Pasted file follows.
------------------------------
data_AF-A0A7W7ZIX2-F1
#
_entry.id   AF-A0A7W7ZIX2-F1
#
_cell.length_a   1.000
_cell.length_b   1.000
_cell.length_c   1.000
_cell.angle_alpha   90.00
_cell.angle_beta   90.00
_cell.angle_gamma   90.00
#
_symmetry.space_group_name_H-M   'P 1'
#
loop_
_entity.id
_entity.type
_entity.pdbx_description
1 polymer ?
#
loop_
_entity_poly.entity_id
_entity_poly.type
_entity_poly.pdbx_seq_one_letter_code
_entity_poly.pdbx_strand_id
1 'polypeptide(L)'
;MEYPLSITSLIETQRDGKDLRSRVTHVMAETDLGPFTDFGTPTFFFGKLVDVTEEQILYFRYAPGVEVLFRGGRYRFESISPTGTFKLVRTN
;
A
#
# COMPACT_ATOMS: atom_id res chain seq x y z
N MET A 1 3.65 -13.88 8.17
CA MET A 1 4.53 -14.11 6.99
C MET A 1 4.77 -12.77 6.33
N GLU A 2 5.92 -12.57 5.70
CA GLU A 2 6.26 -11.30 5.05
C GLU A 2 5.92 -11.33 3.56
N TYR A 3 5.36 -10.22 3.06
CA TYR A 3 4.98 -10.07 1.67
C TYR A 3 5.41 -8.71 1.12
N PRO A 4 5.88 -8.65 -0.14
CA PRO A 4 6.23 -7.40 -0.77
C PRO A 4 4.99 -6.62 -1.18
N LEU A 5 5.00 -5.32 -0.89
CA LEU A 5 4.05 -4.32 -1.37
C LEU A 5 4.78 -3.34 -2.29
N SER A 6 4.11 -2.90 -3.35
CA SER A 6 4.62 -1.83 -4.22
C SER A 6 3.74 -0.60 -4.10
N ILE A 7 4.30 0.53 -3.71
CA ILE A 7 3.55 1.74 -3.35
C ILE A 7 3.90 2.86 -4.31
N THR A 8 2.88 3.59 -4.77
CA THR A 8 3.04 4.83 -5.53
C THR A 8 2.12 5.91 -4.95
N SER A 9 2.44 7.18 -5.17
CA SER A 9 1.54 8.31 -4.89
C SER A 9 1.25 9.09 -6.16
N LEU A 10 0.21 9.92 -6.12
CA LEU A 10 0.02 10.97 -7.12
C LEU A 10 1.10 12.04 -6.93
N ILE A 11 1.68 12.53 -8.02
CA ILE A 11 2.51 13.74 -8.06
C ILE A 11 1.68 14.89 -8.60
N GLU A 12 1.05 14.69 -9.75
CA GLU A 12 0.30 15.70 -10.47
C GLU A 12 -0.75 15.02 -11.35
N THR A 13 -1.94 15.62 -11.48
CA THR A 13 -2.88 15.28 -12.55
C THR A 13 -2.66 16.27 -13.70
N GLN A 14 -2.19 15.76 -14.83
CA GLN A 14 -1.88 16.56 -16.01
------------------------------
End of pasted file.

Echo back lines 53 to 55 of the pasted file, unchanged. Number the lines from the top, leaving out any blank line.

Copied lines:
CA THR A 8 3.04 4.83 -5.53
C THR A 8 2.12 5.91 -4.95
N SER A 9 2.44 7.18 -5.17